Saturday, February 23, 2008

Frequent JavaScript Errors on Major Web Sites

I have been seeing more and more JavaScript errors on all kinds of web sites.

I wonder if the owners of these web sites don't notice the errors because they have turned off JavaScript error reporting in their browsers (if you care about your security and your web site I would recommend not doing this and report any errors you find to the owner of the web site).

The other option is, the owner of the web site never sees the JavaScript error. Because JavaScript is a client side technology its execution will occur on the machine that is requesting the web site. If something is different on that machine then the web site owner may not see that error, unless they are testing every browser combination - and even if they are in the case of XSS and other client side attacks.

For instance I have some JavaScript that loads up some frames. I have one user that gets a bogus site when logging in and those frames are loaded up. That doesn't happen to any other user. Chances are that error is something specific to that computer or that network that I would never see had that person not reported the error.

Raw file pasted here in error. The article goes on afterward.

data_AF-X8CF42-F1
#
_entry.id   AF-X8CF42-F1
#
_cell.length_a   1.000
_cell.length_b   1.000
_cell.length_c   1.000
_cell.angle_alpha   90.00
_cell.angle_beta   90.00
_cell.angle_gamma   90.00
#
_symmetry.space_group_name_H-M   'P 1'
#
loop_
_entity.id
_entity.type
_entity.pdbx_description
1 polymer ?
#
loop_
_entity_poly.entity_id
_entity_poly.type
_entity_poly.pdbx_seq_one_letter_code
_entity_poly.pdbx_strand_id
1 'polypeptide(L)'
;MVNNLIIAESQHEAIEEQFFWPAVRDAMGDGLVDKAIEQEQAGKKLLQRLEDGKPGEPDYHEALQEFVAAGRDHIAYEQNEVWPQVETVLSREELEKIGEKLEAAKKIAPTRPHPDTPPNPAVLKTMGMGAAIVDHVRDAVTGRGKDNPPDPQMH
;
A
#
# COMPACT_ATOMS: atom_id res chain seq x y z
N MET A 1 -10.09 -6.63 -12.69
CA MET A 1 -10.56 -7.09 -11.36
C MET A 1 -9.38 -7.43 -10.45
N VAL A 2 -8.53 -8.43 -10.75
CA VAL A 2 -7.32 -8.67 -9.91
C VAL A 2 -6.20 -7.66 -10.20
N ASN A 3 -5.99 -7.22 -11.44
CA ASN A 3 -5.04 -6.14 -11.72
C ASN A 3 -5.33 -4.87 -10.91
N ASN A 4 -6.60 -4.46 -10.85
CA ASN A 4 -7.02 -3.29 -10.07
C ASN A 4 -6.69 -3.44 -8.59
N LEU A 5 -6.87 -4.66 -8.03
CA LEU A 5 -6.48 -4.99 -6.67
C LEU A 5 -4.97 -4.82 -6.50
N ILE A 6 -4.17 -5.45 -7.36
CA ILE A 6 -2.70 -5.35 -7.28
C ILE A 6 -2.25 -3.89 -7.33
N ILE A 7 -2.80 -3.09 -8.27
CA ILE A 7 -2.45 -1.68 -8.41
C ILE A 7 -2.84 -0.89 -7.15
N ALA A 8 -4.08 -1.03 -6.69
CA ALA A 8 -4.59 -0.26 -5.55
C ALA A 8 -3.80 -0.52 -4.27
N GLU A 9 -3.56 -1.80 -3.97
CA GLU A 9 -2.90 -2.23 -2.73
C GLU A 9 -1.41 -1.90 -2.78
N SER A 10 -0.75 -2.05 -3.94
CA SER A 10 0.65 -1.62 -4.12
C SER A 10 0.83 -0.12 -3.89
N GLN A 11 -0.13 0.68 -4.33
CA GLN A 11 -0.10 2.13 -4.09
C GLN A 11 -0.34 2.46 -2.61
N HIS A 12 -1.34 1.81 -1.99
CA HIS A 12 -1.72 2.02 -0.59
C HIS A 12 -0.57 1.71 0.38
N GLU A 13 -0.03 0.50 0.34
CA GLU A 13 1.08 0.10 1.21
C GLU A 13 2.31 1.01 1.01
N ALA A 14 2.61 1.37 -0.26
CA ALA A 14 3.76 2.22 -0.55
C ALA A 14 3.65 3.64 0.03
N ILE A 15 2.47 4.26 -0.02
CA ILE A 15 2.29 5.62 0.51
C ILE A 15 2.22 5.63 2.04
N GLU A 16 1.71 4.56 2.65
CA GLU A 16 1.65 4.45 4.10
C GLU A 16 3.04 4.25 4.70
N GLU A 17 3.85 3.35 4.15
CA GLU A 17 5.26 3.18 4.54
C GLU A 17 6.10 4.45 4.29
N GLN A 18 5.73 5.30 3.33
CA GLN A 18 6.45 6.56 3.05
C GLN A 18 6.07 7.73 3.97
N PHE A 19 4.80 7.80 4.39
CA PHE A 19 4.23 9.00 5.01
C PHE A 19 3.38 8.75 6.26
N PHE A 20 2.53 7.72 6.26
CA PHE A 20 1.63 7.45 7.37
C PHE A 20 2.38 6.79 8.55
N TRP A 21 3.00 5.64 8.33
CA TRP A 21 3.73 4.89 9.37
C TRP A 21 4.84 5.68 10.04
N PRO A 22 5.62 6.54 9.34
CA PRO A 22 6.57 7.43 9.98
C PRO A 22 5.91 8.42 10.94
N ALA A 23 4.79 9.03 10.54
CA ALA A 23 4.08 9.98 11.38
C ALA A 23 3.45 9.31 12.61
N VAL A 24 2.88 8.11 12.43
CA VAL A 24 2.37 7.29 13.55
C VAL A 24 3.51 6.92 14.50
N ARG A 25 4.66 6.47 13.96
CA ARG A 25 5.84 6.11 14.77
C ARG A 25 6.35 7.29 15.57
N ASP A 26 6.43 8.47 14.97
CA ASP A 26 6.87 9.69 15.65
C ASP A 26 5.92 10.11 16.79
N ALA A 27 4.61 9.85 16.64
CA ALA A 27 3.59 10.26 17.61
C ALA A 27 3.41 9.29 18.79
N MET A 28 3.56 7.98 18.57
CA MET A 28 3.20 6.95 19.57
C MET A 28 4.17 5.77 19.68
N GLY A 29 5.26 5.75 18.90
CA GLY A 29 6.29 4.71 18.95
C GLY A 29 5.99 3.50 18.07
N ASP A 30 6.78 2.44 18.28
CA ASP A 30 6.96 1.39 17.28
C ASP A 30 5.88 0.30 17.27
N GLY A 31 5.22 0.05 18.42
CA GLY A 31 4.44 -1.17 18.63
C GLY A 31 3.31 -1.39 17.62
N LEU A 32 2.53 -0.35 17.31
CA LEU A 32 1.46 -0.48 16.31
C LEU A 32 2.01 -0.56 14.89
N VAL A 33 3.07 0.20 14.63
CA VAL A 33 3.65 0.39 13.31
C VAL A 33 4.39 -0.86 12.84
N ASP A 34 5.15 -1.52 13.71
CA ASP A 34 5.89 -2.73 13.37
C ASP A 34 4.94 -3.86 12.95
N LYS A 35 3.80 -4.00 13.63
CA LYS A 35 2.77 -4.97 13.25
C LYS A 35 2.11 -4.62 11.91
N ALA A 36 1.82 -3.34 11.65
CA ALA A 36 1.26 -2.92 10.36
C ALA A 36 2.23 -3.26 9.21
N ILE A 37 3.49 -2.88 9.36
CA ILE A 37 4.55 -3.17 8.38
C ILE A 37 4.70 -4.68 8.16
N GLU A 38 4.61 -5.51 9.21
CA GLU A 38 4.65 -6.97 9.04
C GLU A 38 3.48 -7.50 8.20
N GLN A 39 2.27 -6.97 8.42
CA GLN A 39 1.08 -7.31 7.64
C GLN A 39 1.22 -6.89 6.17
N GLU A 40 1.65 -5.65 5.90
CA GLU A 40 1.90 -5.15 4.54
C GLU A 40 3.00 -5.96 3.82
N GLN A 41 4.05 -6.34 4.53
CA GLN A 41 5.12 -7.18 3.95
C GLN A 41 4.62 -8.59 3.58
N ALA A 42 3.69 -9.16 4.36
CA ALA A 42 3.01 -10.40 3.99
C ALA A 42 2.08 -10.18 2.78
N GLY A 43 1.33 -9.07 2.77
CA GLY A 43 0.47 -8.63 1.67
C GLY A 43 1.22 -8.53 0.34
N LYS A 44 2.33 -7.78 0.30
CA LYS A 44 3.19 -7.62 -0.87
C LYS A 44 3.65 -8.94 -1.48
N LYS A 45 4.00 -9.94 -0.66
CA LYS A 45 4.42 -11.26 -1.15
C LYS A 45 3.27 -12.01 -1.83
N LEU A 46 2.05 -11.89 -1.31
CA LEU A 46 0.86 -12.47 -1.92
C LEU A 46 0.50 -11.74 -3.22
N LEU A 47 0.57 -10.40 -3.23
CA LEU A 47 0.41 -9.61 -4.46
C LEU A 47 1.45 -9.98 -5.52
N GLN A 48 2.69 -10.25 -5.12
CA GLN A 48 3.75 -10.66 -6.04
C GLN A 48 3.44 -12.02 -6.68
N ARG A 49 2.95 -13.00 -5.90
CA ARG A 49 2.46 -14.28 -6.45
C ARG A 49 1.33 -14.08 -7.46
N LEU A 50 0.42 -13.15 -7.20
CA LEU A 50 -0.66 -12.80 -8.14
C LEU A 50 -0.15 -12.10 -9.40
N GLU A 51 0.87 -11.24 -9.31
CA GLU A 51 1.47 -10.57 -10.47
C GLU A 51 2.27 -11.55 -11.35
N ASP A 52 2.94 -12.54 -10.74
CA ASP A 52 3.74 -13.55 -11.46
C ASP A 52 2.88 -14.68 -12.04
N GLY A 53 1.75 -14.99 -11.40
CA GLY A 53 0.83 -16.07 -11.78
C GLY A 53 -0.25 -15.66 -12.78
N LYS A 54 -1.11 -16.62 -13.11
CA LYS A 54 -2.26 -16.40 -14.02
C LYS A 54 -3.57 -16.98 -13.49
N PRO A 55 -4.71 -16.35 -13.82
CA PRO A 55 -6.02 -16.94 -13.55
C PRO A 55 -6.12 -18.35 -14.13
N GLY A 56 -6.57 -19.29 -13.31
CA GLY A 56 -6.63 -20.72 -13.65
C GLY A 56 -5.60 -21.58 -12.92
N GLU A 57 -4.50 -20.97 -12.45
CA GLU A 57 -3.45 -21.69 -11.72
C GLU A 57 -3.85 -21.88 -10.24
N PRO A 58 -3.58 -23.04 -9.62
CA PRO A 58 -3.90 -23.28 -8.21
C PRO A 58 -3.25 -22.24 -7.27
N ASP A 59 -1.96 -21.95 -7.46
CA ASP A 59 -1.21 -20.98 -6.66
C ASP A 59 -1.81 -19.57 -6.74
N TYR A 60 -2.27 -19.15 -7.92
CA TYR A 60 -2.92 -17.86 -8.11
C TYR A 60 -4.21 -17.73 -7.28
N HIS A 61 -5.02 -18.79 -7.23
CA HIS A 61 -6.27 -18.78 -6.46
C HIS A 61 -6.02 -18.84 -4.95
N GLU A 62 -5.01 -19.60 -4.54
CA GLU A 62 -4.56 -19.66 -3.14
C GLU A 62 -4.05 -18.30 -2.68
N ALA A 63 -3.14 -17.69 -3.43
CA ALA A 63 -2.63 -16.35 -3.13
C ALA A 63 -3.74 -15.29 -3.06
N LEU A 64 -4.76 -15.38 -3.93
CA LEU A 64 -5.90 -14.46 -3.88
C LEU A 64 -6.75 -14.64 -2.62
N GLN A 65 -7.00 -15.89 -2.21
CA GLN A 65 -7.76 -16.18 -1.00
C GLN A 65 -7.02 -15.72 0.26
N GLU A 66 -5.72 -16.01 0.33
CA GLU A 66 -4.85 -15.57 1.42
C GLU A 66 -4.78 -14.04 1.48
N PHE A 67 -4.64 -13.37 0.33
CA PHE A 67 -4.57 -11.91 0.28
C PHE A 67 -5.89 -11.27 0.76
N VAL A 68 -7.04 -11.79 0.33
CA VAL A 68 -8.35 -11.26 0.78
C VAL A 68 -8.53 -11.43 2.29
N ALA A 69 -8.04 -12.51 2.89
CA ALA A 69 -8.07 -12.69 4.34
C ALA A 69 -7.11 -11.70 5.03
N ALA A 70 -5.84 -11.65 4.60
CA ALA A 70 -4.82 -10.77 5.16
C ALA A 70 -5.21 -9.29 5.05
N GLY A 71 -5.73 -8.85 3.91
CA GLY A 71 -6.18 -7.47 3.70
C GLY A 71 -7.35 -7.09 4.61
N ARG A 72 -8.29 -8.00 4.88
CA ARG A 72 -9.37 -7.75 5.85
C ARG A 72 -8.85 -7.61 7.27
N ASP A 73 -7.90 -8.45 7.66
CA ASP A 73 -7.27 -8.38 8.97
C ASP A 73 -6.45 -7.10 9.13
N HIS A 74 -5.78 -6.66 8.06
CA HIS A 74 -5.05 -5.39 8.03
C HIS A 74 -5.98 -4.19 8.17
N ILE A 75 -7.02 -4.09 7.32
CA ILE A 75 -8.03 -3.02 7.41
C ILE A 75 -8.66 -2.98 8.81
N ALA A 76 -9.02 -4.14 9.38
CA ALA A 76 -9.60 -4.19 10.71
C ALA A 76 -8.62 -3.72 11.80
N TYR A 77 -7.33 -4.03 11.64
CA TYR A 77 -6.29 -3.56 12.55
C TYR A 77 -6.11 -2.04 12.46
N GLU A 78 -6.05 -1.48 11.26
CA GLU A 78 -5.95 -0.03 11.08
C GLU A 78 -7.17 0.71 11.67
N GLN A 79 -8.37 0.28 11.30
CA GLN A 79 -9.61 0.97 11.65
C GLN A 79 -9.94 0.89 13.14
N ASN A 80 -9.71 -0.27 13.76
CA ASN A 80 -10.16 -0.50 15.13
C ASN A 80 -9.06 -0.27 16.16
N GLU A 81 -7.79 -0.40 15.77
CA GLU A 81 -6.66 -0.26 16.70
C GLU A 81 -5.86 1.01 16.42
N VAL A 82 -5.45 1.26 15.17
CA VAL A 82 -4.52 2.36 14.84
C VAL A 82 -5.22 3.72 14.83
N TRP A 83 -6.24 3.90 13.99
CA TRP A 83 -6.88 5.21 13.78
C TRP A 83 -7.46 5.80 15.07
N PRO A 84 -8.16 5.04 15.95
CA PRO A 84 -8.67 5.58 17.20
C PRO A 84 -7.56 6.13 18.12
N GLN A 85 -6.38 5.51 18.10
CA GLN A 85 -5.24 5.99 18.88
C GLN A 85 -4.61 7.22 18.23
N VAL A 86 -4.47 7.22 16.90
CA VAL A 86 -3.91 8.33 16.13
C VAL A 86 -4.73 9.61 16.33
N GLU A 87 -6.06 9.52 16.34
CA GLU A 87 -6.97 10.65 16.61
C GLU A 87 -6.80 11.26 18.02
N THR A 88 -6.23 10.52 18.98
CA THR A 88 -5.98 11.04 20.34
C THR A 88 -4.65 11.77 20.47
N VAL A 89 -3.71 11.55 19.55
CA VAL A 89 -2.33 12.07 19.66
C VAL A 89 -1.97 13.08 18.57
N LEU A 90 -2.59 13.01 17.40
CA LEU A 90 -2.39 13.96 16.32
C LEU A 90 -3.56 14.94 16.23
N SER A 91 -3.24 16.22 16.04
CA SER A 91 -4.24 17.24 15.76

That is why it is important for everyone to report any errors they see to the web sites they use regularly.

Sometimes the owners of the web site cannot see what you are seeing.

And on that note web site owners that support hundreds or millions of customers need to make their support staff aware that these things CAN and DO happen and not treat customers like morons who report them because the staff is looking at the page and not seeing the same thing.

One other comment on this topic is that one site having this problem is using Urchin which has some JavaScript and an iframe containing who knows what. A lot of major web sites use Urchin and all sorts of software to track advertising and marketing. Many times the marketing staff demands to do these partnerships which put their customers at risk, and actually can hurt rather than help their business. I would suggest never include an iframe on any page other than static html and definitely not on a login page or e-commerce web site - and even then, an iframe can be used to change the content the user is getting in the main page on a static site - so I would personally never use one with content hosted by a third party and/or code that is not highly scrutinized by security experts - not the average web developer. Also when using Urchin, etc. it is crucial to constantly test an monitor - client side, not just server side code execution. Also hackers are smart enough not to send their malicious code to your monitoring system in many cases.